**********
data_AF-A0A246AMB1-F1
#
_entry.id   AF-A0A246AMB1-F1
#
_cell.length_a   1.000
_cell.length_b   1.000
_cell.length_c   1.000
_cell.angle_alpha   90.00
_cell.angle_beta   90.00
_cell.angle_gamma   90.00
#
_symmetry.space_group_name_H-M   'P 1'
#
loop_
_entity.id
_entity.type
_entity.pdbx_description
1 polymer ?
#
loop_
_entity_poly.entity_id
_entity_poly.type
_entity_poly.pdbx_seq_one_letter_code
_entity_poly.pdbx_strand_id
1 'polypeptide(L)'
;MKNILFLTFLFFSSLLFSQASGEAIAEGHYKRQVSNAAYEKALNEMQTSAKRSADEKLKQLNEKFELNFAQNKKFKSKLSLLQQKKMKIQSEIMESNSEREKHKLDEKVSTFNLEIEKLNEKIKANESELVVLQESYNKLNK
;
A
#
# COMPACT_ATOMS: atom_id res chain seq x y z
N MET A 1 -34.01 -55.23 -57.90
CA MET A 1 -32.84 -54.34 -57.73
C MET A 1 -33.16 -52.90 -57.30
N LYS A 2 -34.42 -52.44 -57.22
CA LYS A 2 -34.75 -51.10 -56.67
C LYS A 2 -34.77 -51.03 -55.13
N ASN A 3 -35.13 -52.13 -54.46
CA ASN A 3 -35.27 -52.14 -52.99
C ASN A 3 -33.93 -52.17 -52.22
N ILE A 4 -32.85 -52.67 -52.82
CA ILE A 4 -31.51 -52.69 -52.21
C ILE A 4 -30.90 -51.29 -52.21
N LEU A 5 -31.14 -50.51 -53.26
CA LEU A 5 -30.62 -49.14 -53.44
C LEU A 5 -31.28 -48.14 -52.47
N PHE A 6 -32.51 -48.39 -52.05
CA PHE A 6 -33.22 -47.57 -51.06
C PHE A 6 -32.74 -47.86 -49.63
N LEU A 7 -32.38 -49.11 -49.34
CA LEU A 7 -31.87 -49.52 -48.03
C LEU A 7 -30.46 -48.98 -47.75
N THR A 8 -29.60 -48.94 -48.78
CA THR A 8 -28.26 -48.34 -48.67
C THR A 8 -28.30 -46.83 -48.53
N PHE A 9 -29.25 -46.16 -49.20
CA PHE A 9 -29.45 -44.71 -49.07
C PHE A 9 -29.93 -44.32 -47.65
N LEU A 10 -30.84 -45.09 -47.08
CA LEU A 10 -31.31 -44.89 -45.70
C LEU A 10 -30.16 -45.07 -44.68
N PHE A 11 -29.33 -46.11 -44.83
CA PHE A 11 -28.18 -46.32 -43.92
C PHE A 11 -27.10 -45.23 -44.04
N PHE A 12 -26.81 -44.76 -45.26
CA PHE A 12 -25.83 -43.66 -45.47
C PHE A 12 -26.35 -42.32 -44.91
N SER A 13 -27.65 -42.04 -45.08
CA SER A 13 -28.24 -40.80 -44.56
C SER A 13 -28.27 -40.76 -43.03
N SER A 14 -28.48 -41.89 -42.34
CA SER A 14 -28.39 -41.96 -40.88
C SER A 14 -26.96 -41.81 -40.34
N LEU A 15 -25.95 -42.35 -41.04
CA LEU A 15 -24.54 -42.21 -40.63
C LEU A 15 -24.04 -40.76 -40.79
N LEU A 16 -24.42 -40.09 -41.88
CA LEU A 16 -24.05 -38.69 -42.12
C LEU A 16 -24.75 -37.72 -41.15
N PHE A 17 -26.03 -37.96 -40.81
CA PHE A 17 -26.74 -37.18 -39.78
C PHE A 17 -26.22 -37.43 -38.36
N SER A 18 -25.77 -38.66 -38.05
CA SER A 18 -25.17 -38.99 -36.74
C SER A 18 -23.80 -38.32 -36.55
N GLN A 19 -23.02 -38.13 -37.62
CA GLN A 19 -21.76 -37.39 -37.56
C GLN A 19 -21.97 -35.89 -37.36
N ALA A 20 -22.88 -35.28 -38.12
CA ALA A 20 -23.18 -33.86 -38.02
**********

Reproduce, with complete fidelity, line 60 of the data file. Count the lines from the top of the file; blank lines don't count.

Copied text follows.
C LEU A 10 -30.16 -45.07 -44.68